Earth Day was celebrated this week all over the world, and in some cases and campaigns, it has even turned into Earth Week to lengthen efforts in environmental defense.
Earth Day is an annual event celebrated every year on April 22, beginning in 1970, and is coordinated by the Earth Day Network. Each year, events are held worldwide to demonstrate support to help protect the environment in the more than 190 participating countries.
A major contribution to help the environmental cause begins with recycling.
According to Lebanon Public Works Commissioner Jeff Baines, Lebanon and Wilson County do not have established recycling programs, unlike some other cities and counties.
“In Lebanon right now you have two options, individuals can take their recyclables to different convenience centers we have set up across the county, or some folks pay private companies to do their recycling,” Baines said. “There’s also bins like at Kroger and options like that.”
Though Baines said there are several roads the public currently can go with recycling, he thinks a more structured plan could come in the future.
“Right now it’s all voluntary and it’s up to the individual to take their recyclables to the locations that accepts recyclable materials,” Baines said. “But I think something could be coming sooner versus later.”
As far as options for individuals dropping off their recyclables, Wilson County Solid Waster Director Cindy Lynch said there are seven different convenience centers located throughout the county.
In Lebanon, there are four locations, one at Baird’s Mill Disposal Center at 3761 Murfreesboro Road, one by the fairgrounds at 921 E. Baddour Parkway, one at Martha Disposal Center at 1530 Powell Grove Road and one at Norene Disposal Center at 10684 Cainsville Road.
In Watertown, there are two locations, Statesville Convenience Center at 9290 Statesville Road and Watertown Community Disposal at 235 Commerce Road.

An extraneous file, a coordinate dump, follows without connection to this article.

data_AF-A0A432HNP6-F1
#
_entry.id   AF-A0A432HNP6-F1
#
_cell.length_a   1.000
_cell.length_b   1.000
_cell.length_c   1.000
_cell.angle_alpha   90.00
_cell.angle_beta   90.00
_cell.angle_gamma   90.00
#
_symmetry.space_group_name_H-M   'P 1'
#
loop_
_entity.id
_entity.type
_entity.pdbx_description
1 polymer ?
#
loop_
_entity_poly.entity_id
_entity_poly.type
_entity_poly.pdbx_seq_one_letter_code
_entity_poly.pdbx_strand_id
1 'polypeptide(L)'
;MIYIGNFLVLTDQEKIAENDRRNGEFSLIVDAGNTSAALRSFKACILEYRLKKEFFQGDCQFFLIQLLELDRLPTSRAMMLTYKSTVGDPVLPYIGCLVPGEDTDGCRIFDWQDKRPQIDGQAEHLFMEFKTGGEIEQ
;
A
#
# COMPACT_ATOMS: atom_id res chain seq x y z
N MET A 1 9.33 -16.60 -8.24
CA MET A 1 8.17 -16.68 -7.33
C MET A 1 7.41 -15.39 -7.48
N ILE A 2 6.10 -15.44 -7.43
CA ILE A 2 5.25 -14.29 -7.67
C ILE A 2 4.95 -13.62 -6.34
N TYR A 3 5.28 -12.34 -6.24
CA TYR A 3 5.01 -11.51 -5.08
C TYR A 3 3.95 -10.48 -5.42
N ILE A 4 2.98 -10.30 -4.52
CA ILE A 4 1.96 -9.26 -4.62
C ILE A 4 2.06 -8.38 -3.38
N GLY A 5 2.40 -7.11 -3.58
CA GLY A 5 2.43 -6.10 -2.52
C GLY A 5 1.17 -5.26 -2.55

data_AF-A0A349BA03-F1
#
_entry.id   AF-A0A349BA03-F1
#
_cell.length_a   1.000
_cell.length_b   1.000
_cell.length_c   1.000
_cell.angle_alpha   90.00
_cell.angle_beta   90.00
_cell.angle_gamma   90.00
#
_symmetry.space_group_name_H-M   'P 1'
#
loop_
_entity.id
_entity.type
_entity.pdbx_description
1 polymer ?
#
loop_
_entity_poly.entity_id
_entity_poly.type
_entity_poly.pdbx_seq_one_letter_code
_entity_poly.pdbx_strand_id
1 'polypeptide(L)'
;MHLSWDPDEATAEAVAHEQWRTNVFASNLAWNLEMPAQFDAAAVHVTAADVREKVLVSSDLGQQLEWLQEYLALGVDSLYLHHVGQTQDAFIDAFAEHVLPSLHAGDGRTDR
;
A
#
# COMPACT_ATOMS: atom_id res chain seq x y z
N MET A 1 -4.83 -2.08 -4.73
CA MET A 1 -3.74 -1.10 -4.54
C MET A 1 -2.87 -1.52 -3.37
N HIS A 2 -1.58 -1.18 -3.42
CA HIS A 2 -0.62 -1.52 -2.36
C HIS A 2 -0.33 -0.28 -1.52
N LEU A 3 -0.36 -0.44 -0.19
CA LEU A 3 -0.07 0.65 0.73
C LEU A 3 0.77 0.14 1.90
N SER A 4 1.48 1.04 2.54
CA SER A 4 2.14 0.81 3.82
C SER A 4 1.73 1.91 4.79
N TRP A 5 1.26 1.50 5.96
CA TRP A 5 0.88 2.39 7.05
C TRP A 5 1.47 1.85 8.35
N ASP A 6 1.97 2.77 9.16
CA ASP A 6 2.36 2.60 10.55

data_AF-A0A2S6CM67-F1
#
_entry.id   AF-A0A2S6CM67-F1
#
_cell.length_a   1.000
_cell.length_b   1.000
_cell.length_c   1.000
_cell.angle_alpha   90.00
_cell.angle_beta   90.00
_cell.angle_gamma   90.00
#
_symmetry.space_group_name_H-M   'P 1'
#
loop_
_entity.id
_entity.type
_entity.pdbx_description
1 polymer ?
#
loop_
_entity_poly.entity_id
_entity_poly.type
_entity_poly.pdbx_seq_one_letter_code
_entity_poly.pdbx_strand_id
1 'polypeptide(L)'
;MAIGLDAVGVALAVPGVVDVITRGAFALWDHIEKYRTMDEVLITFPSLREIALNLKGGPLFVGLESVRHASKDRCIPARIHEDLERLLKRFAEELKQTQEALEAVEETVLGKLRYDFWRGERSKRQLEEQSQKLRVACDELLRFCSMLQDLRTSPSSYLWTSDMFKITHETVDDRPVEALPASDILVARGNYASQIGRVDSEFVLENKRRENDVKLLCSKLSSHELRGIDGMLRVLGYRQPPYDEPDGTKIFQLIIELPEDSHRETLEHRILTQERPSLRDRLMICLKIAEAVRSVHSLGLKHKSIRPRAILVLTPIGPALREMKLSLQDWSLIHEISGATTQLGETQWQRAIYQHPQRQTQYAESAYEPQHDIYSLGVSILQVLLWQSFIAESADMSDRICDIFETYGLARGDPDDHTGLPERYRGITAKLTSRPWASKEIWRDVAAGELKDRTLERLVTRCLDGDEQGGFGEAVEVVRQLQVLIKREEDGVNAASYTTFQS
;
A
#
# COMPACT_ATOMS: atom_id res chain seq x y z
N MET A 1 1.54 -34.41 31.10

There is also a Suggs Creek Disposal Center in Mt. Juliet at 3519 Stewarts Ferry Pike.
Lynch said each center offers recycling for cardboard, aluminum, tin, newspapers, magazines, metal, refrigerators/freezers, batteries, plastic jugs, soda bottles and carpet padding.
“Each center is just drop-offs, and you haul your recyclables up there,” Lynch said. “Some of the recycling can be sold, and there’s some can’t.”
Use of the convenience centers are for Wilson County residents only. Other regulations for the centers include no commercial waste; no trailers over 8’ or box trucks; no hazardous materials such as paint, oil, fuel or propane tanks; no brush, limbs, grass, shrubs or wire; no construction or remodeling waste such as drywall, lumber, bricks, blocks, rocks, dirt or roofing shingles; and there is a limit of 10 bags of kitchen waster or three cubic yards of bulky waste. Scavenging is not allowed in any of the convenience centers.
For additional recycling, there is a bin in the Kroger parking lot located at 1418 W. Main Street in Lebanon for the recycling of newspapers, aluminum and plastic.
According to Lynch, the Wilson County Landfill recycles E-Waste, which includes computers, televisions, microwaves, printers, etc. The landfill also recycles paint and tires for Wilson County residents only.
The Wilson County landfill is open from 7 a.m. until 3 p.m. Monday through Friday and is located at 378 Dump Rd. in Lebanon.
The Wilson County Solid Waste Department takes care of the seven convenience centers in the county, as well as the county landfill.
In an effort to keep the county clean, the Lebanon Beautification Commission and Lebanon, Mt. Juliet and Wilson County Stormwater groups are again holding the “Think Green, Think Clean!” youth litter challenge and recycling carnival.
The event, now in it’s sixth year, is set to take place Saturday, with more than 1,000 kids from area schools picking up litter across the community from 9 a.m. until noon.
Schools participating this year include Byars Dowdy Elementary, Carroll-Oakland Elementary, Castle Heights Elementary, Coles Ferry Elementary, Elzie D. Patton Elementary, Lebanon High School, Sam Houston Elementary, Walter J. Baird, West Wilson Middle School, Wilson Central High School and Winfree Bryant Middle School. Cumberland University students will also participate, along with a team of 35 volunteers from Bridgestone.
“The event is designed to instill the importance of protecting our environment and keeping a litter-free community,” said Richard Baldwin, Lebanon stormwater coordinator.
Through this weekend’s cleanup competition, schools will be competing for monetary prizes and each winning school will then be required to invest their prize money toward a beautification project like a rain or butterfly garden, bio-swales or other environmental enhancement projects.
Officials estimate more than 12,000 pounds of litter will be collected this year.
Recycling sponsors for the event include Green Monster and Bridgestone.
Following the clean up Saturday morning, a recycling carnival will be held at the fairgrounds from noon until 2 p.m. Lunch and activities will be provided for participants.